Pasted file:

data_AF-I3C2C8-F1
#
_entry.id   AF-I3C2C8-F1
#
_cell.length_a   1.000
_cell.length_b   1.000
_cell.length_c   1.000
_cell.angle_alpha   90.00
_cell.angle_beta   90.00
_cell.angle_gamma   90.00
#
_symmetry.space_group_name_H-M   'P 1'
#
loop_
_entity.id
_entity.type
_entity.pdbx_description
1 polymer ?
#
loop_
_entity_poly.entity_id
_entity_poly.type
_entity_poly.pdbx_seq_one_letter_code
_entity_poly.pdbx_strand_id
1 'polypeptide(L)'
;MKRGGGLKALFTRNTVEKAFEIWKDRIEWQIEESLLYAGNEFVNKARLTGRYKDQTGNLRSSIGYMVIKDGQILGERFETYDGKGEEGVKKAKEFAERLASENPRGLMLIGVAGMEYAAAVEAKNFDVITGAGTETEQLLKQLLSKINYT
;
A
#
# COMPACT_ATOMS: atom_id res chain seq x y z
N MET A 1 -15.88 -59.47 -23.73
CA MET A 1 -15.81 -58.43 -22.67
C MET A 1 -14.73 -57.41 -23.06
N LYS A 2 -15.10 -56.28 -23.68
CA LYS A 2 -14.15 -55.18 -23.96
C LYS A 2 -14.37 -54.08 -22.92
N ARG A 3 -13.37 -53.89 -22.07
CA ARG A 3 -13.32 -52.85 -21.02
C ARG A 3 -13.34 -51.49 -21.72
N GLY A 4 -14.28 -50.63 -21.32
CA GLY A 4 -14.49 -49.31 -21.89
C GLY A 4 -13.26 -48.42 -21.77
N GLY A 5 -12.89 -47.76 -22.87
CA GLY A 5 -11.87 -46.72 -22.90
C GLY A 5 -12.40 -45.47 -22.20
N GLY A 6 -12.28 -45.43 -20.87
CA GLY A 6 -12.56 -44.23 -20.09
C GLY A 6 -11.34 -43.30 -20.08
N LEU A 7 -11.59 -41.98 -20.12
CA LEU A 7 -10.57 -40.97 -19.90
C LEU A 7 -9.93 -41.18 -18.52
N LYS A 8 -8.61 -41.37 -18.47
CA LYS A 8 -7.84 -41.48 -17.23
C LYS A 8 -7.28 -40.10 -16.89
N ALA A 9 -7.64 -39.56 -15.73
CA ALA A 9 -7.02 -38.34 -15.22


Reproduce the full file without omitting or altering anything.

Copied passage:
data_AF-I3C2C8-F1
#
_entry.id   AF-I3C2C8-F1
#
_cell.length_a   1.000
_cell.length_b   1.000
_cell.length_c   1.000
_cell.angle_alpha   90.00
_cell.angle_beta   90.00
_cell.angle_gamma   90.00
#
_symmetry.space_group_name_H-M   'P 1'
#
loop_
_entity.id
_entity.type
_entity.pdbx_description
1 polymer ?
#
loop_
_entity_poly.entity_id
_entity_poly.type
_entity_poly.pdbx_seq_one_letter_code
_entity_poly.pdbx_strand_id
1 'polypeptide(L)'
;MKRGGGLKALFTRNTVEKAFEIWKDRIEWQIEESLLYAGNEFVNKARLTGRYKDQTGNLRSSIGYMVIKDGQILGERFETYDGKGEEGVKKAKEFAERLASENPRGLMLIGVAGMEYAAAVEAKNFDVITGAGTETEQLLKQLLSKINYT
;
A
#
# COMPACT_ATOMS: atom_id res chain seq x y z
N MET A 1 -15.88 -59.47 -23.73
CA MET A 1 -15.81 -58.43 -22.67
C MET A 1 -14.73 -57.41 -23.06
N LYS A 2 -15.10 -56.28 -23.68
CA LYS A 2 -14.15 -55.18 -23.96
C LYS A 2 -14.37 -54.08 -22.92
N ARG A 3 -13.37 -53.89 -22.07
CA ARG A 3 -13.32 -52.85 -21.02
C ARG A 3 -13.34 -51.49 -21.72
N GLY A 4 -14.28 -50.63 -21.32
CA GLY A 4 -14.49 -49.31 -21.89
C GLY A 4 -13.26 -48.42 -21.77
N GLY A 5 -12.89 -47.76 -22.87
CA GLY A 5 -11.87 -46.72 -22.90
C GLY A 5 -12.40 -45.47 -22.20
N GLY A 6 -12.28 -45.43 -20.87
CA GLY A 6 -12.56 -44.23 -20.09
C GLY A 6 -11.34 -43.30 -20.08
N LEU A 7 -11.59 -41.98 -20.12
CA LEU A 7 -10.57 -40.97 -19.90
C LEU A 7 -9.93 -41.18 -18.52
N LYS A 8 -8.61 -41.37 -18.47
CA LYS A 8 -7.84 -41.48 -17.23
C LYS A 8 -7.28 -40.10 -16.89
N ALA A 9 -7.64 -39.56 -15.73
CA ALA A 9 -7.02 -38.34 -15.22